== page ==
Partial Hip Replacements
Partial Hip Replacement Overview
A partial hip replacement treats a fractured or diseased hip that causes pain and decreases the quality of life. Part of the femur (leg bone) is removed and replaced with metal and plastic components. Carolina Orthopaedics and Neurological Associates’ (CONA) partial hip replacement patients quickly return to normal activities with minimal to no restrictions.
How is a partial hip replacement performed?
A partial hip replacement is essentially the first part of a total hip replacement. The inpatient procedure is performed under regional or general anesthesia. A CONA specialist:
- Begins surgery. Soft tissues are delicately retraced so the hip joint can be visualized.
- Prepares the joint. Damaged bone is carefully removed. The femur is prepared for implants.
- Creates a new hip. A perfectly sized stem is bonded to the hallow part of the femur. A plastic ball is placed and secured on the stem. A physical examination is performed to ensure the components move smoothly.
Dissolvable sutures close deep and superficial tissue layers. Skin staples close the skin. A sterile dressing is placed over the surgical site. A comfortable hip immobilizer holds the hip in anatomical position to reduce pain and discomfort. Total procedure time is 1-2 hours.
What conditions can partial hip replacement treat?
Partial hip replacement treats:
- Avascular necrosis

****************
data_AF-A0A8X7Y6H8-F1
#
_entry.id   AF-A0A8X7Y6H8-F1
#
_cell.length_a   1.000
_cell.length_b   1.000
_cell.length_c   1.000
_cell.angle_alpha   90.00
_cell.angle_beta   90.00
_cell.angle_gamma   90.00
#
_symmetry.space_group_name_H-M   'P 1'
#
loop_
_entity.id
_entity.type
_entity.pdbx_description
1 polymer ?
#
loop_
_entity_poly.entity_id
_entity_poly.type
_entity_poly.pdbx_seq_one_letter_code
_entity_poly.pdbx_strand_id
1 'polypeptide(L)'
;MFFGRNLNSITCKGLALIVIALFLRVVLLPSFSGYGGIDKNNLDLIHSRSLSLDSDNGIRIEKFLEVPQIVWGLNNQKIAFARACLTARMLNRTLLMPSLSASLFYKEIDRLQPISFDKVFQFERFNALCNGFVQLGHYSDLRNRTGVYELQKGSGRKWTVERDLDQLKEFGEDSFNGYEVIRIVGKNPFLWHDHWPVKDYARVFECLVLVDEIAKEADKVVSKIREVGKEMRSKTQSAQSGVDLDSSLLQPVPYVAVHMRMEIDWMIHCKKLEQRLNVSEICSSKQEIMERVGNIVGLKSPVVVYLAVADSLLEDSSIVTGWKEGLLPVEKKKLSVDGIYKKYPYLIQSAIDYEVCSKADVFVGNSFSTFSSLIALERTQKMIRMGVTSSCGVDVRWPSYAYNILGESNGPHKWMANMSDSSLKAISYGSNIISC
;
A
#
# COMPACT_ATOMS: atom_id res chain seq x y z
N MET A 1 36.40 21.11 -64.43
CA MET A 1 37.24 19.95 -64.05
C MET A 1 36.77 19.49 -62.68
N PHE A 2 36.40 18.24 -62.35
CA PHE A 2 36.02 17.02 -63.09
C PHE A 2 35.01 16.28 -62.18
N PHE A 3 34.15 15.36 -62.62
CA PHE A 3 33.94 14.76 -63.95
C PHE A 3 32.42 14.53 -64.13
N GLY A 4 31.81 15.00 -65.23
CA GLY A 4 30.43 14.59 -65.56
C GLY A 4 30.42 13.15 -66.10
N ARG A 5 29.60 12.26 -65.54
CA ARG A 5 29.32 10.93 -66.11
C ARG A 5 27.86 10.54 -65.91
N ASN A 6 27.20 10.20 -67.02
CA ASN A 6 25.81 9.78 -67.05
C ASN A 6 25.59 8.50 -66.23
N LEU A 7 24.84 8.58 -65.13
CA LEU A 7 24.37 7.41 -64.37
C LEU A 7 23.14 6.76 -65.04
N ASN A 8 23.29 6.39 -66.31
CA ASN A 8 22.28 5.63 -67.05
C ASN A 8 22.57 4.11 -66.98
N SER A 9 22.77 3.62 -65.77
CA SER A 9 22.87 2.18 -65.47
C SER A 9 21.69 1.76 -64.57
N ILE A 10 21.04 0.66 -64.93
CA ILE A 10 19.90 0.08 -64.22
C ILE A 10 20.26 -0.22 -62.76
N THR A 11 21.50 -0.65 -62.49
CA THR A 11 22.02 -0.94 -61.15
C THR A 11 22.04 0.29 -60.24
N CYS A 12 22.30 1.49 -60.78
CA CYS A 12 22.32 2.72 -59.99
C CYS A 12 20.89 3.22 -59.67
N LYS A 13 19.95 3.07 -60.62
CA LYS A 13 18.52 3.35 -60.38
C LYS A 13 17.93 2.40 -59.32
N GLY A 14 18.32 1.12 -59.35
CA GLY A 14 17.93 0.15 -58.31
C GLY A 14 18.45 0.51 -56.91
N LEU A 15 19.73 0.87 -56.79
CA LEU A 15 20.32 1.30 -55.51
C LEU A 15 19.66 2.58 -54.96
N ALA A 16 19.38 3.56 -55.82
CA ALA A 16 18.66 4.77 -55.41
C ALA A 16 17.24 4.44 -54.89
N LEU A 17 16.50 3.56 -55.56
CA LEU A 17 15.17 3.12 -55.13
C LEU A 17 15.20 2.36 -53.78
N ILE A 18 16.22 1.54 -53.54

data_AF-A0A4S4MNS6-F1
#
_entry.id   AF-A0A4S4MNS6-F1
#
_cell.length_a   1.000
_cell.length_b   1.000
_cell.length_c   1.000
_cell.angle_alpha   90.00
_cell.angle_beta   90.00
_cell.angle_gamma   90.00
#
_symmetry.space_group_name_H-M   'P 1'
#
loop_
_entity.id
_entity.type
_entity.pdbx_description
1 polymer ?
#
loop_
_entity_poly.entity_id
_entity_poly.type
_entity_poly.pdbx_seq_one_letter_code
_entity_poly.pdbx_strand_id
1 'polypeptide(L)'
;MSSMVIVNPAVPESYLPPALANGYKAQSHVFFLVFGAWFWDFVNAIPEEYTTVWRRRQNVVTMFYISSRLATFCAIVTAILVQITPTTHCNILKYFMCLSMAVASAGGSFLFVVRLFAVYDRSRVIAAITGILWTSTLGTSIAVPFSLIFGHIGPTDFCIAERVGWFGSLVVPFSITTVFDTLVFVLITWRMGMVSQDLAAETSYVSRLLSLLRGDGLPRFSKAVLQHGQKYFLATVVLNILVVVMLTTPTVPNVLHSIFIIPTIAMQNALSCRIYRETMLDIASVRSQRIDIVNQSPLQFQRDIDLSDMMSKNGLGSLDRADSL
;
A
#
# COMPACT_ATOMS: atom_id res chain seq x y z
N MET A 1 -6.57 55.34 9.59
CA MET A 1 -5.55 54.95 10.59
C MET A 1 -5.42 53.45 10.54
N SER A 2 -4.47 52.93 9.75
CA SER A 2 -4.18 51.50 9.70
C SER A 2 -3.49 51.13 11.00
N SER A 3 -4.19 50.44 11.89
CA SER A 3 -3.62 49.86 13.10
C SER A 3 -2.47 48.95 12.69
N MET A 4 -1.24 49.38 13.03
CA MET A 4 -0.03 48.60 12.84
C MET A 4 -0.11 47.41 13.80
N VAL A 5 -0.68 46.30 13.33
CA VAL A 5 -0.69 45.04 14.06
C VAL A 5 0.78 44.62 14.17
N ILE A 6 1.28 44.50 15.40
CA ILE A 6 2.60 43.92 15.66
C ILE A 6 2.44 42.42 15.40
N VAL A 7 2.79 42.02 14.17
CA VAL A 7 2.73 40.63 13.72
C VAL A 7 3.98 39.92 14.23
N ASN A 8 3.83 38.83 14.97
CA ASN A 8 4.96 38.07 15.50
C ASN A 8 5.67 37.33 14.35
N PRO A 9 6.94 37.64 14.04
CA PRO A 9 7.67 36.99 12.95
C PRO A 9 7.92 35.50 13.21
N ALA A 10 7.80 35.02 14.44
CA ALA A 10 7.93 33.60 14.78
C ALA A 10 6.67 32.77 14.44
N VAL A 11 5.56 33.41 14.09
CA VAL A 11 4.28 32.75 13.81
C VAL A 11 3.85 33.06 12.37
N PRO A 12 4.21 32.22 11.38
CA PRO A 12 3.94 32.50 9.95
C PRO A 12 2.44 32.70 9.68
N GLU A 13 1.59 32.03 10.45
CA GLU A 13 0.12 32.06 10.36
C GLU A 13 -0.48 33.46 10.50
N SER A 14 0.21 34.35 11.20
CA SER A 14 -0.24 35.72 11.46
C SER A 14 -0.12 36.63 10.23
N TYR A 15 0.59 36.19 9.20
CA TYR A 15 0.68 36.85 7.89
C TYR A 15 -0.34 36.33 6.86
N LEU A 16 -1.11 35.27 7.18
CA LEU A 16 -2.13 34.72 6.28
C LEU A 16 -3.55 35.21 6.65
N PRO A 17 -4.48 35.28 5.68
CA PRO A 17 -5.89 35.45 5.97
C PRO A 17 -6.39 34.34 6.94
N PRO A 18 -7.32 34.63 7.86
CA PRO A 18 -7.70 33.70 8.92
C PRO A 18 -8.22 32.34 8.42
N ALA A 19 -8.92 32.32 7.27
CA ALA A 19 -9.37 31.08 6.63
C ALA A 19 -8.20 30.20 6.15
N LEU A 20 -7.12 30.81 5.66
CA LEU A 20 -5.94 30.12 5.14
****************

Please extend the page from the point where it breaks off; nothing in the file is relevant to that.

- Hip fractures
- Localized osteoarthritis
- Posttraumatic arthritis
Partial hip replacement is often performed after an accident, injury or fall.
What are partial hip replacement advantages?
Partial hip replacement advantages include:
- A quicker recovery
- A shorter hospital stay
- Less postoperative pain
- Less surgical trauma
It should be noted that partial hip replacement is not for everyone and total hip replacement is an effective procedure that benefits many patients.
What is partial hip replacement recovery like?
A 1-3 night overnight hospital stay is recommended. Pain is monitored and controlled, infection precautions are taken. Physical therapy begins the day of surgery and continues throughout recovery. The patient rests at home for about two weeks. A CONA specialist sees the patient 2 weeks, 6 weeks, 3 months and 6 months after surgery. Strength and flexibility are accessed and x-rays are taken.